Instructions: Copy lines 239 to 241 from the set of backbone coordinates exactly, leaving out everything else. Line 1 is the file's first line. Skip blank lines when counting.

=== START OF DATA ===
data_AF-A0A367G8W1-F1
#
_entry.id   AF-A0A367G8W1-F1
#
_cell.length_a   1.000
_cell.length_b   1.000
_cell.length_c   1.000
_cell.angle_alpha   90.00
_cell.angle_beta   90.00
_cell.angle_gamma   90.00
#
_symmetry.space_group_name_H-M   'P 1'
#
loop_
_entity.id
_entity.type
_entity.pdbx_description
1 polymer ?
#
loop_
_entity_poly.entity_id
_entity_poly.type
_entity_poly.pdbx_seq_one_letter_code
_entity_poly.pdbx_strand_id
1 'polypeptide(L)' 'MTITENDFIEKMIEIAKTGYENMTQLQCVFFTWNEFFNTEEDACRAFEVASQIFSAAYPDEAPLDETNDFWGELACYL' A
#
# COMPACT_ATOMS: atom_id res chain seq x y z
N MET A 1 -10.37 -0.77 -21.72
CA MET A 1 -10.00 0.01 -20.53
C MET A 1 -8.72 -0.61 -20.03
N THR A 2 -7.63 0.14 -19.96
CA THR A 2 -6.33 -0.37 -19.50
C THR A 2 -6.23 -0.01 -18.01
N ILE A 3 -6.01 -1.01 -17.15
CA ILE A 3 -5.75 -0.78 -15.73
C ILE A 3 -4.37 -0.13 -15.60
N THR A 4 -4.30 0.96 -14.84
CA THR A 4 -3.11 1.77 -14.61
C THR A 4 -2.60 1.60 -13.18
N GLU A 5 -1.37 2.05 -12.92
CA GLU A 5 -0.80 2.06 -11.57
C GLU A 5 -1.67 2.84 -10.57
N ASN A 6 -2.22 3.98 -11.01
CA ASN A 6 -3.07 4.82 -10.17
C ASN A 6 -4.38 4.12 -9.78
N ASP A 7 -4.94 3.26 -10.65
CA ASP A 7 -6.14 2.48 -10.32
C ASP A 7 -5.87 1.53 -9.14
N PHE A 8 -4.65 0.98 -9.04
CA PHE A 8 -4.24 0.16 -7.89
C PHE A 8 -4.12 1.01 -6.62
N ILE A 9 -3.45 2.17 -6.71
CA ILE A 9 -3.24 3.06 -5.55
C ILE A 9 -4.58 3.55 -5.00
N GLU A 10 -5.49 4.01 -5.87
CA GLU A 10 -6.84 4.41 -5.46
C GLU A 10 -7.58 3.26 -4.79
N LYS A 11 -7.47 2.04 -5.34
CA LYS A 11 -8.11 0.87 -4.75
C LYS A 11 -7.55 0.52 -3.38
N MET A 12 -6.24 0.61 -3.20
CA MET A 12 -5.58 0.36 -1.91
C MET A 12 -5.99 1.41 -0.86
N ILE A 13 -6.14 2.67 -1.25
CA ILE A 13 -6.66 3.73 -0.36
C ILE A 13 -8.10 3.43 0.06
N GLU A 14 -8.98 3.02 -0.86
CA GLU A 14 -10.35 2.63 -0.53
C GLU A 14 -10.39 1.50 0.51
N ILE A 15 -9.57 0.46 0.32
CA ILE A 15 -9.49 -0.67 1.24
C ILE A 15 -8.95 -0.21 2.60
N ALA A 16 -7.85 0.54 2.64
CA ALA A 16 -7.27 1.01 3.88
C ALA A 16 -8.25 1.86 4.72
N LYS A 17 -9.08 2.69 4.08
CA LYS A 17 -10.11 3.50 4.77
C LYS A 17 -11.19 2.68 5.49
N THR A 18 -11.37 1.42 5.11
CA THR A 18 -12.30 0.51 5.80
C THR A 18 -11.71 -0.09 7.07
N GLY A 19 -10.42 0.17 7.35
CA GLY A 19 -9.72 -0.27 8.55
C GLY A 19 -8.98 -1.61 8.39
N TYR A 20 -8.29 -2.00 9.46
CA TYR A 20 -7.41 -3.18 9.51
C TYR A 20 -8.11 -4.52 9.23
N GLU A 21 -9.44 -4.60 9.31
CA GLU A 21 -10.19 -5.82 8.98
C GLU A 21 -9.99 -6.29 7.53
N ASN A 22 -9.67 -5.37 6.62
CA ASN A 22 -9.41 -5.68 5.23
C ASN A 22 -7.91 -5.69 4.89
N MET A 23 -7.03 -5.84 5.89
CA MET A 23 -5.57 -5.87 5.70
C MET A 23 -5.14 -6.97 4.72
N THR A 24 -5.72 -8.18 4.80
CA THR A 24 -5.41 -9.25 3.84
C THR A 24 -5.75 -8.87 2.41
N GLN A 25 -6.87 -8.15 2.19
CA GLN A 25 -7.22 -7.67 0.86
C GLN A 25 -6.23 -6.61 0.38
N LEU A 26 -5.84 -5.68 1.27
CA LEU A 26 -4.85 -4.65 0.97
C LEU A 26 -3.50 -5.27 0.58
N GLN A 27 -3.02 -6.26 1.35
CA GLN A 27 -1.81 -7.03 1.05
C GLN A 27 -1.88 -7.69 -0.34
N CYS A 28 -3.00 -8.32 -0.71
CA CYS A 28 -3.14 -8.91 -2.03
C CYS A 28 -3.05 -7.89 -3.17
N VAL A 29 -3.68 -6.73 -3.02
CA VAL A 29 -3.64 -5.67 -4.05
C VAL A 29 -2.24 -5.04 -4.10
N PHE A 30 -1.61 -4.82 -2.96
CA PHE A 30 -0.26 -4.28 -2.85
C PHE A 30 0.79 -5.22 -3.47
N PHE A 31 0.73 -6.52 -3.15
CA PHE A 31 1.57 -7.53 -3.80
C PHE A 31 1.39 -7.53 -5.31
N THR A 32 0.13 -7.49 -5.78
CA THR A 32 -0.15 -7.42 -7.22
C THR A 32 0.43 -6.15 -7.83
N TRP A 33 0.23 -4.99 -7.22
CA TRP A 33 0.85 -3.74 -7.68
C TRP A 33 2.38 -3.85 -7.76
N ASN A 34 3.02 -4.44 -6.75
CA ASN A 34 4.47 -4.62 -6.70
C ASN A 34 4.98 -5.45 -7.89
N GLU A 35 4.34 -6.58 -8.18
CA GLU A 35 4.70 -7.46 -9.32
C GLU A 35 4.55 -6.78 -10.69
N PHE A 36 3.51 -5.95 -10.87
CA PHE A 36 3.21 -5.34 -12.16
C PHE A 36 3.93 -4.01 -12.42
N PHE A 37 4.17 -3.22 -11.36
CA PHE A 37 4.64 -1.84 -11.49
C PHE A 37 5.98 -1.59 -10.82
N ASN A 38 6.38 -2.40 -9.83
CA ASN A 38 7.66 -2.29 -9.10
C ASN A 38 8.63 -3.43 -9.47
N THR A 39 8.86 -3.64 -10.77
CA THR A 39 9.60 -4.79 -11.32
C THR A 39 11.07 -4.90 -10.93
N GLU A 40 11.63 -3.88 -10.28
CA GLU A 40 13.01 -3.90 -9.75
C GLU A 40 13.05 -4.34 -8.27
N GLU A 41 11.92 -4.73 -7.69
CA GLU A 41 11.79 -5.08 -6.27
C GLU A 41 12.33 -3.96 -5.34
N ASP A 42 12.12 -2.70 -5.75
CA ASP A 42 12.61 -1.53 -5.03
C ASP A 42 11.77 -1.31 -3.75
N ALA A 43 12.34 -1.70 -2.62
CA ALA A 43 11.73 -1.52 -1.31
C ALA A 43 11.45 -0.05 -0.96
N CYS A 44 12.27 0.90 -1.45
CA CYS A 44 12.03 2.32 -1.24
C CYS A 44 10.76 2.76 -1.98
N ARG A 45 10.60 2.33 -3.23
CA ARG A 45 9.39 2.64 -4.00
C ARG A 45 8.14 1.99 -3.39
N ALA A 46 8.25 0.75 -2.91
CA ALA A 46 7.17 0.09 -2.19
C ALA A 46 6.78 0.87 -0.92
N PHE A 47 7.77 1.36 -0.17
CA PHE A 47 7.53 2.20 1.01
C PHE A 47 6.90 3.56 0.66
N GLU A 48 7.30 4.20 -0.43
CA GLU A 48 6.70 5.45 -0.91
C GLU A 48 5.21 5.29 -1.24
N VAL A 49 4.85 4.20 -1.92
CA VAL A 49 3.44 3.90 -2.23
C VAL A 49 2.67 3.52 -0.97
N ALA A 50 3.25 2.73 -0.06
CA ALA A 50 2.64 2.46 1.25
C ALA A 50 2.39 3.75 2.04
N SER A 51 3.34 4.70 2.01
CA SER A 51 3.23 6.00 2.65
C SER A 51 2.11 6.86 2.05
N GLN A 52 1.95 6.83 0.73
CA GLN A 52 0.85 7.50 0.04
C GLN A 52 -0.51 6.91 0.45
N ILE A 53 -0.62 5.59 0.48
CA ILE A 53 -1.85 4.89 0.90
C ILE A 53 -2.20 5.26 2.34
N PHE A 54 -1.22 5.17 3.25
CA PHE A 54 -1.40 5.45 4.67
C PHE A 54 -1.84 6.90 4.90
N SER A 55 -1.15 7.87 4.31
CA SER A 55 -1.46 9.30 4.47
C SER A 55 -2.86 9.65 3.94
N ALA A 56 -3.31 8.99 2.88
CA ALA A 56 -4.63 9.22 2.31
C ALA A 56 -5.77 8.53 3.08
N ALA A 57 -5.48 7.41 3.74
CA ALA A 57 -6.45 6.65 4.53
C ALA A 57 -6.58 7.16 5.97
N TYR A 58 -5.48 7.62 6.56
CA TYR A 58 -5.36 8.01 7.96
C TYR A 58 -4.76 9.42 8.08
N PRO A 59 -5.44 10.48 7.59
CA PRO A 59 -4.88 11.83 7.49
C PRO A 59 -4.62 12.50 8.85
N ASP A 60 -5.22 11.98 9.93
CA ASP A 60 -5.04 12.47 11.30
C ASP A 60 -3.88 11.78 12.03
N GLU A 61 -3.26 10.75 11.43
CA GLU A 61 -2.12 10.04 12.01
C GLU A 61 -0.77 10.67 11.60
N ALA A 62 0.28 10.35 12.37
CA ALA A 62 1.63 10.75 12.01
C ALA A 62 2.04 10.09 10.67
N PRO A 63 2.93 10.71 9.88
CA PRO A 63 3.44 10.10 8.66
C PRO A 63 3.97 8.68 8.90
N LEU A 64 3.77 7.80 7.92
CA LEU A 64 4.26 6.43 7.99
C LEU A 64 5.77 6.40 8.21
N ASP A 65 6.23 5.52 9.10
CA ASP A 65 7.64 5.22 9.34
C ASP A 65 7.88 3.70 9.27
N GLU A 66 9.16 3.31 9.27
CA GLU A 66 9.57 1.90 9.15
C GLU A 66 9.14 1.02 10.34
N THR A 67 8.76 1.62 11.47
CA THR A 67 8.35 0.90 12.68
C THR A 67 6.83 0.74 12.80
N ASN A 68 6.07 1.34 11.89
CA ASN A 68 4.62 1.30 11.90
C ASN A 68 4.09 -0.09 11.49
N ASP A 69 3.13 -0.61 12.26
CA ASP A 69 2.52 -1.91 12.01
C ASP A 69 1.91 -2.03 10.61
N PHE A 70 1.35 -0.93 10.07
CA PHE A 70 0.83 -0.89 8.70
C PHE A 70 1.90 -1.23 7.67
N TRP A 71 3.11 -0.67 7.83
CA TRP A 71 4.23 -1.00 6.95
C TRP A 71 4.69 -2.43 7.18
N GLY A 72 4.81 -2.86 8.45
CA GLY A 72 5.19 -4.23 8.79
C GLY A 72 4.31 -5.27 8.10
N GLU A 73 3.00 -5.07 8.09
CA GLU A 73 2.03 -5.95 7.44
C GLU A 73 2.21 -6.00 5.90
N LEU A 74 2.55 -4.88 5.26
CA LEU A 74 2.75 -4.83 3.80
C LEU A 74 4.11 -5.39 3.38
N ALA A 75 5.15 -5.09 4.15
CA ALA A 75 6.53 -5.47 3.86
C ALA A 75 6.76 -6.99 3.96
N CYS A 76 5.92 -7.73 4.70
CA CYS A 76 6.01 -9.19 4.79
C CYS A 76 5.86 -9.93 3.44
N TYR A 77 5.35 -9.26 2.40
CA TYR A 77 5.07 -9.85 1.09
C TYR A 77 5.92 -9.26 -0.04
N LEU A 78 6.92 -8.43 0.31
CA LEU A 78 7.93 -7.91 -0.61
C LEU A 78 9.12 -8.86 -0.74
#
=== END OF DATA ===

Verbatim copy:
CA TRP A 71 4.23 -1.00 6.95
C TRP A 71 4.69 -2.43 7.18
N GLY A 72 4.81 -2.86 8.45